Questioning Relativity 12: Simultaneity

· physics, theory of relativity

Modern physics, both quantum mechanics and relativity theory, is obsessed with a narcissistic observer perspective in which the World only goes around when observed by human observers.

The upshot of special relativity was a perceived difficulty for different observers moving with a speed close to the speed of light with respect to each other, to agree on simultaneity of events separated in space, that is, whether two events at different locations in space take place at the same time.

Observers tied to coordinate systems moving very quickly with respect to each other, would be reached in different ways by light signals from events separated in space and would then get different perceptions of simultaneity.

This is illustrated in the above picture typical of presentations of special relativity with the observer on ground and the observer in the bus being reached by light signals from two lightening events in different ways, who may not both say that the events happened at the same time.

This is one of Einstein’s famous “Gedankenexperiments” or “thought experiments” supposedly forcing all of us to change our concepts of space and time into a new mixture of space-time prescribed by relativity theory.

But the “thought experiment” has no connection to reality whatsoever, since a bus moving at 4/5 of the speed of light is pure fiction. It is unthinkable that human observers can be moving with respect to each other with a speed comparable to the speed of light. The “thought experiment” is thus similar to the “thought experiments” of the scholastics about e.g. the number of angels which can dance on the head of a pin.

Upon this criticism a physicist would argue that electrons can be accelerated to nearly the speed of light and and so the perception of simultaneity by electrons would meet the difficulties illustrated in the above thought experiment. But electrons do not care about simultaneity, they just speed around without any such perceptions, at least as far as we know.

The very concept of simultaneity is non-physical and only a construction by humans invented to coordinate human observations according to Coordinated Universal Time UTC used in e.g. GPS.

But physics is not controlled by UTC, physical events take place locally in space and time and there is no need nor any means for electrons to coordinate there actions in time.

The non-physical nature of simultaneity is one aspect of the non-physical nature of relativity theory.

5 Comments

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  1. David Philip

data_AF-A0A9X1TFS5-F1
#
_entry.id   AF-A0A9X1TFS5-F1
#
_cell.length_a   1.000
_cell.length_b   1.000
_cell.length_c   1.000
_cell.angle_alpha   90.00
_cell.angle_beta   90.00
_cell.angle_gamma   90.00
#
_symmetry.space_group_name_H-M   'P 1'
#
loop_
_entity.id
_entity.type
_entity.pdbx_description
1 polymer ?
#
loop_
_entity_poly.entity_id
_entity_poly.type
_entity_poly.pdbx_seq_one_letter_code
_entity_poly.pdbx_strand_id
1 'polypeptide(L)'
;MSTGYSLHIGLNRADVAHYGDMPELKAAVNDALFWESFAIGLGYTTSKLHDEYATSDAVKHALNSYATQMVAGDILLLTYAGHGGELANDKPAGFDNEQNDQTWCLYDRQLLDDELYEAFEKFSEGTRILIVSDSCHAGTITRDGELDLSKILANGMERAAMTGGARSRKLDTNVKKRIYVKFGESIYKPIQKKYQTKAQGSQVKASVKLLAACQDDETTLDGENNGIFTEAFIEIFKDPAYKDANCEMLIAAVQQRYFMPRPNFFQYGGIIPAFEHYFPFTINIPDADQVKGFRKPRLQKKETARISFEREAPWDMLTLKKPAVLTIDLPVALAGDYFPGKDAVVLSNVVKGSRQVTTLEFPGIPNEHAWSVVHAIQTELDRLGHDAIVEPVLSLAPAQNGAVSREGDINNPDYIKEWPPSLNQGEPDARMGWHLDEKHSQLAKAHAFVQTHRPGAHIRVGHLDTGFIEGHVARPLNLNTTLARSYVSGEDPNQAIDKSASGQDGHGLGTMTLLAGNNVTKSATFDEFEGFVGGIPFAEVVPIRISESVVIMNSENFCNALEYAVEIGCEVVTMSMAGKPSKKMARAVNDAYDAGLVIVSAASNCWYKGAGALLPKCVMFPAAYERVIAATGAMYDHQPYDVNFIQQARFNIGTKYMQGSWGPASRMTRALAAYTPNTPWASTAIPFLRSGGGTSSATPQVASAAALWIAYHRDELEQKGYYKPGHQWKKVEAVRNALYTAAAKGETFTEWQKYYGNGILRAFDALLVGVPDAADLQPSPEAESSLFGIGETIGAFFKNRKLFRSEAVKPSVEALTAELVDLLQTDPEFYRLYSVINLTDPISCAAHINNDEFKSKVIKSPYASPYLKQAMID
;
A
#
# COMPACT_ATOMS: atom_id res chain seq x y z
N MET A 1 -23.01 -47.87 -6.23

Do you differentiate between “event simultaneity” and “observer simultaneity”? The GPS system effectively creates “event simultaneity” and has some real practical usefulness in enabling accurate navigation and positioning by one-way psuedo-range measurements using synchronised clocks.

    I am not convinced that “observer simultaneity” has any real usefulness as demonstrated by the continuing dominance of Newton’s theories and the very limited take up of Einstein’s Theories which are a mathematical aberration and quite unreal to the science of physics.

  2. claesjohnson

    Physics does not care about simultaneity, since events happen when they happen and when two particles meet they do it at the same time. The notion of simultaneity is thus either artificial/non-physical or trivial/physical. GPS measures distance by time lag but GPS is man-made artificial. We seem to agree.

    • David Philip

      Yes but I wondered if “event simultaneity” was an absolute concept rather than “observer simultaneity” which is a relative concept. The key problem as I see it with Einstein’s Theories is the confused ideas of “time” which seem to be assigned quite unreal properties. How would a true physicist define time? Can time really be linked with space or is this an artificial illusion a mathematical numerical artifact? If I try an picture a man sitting on the top of a high mountain and another nearby in a deep valley is time really different at the two locations or is it really just gravity that is different? Clocks behave differently but time does not.

  3. claesjohnson

    I agree, time cannot be mixed with space, and clock rate cannot change by inertial motion. If it does it is not a clock.

  4. SuperNova

    This might help your confusion.

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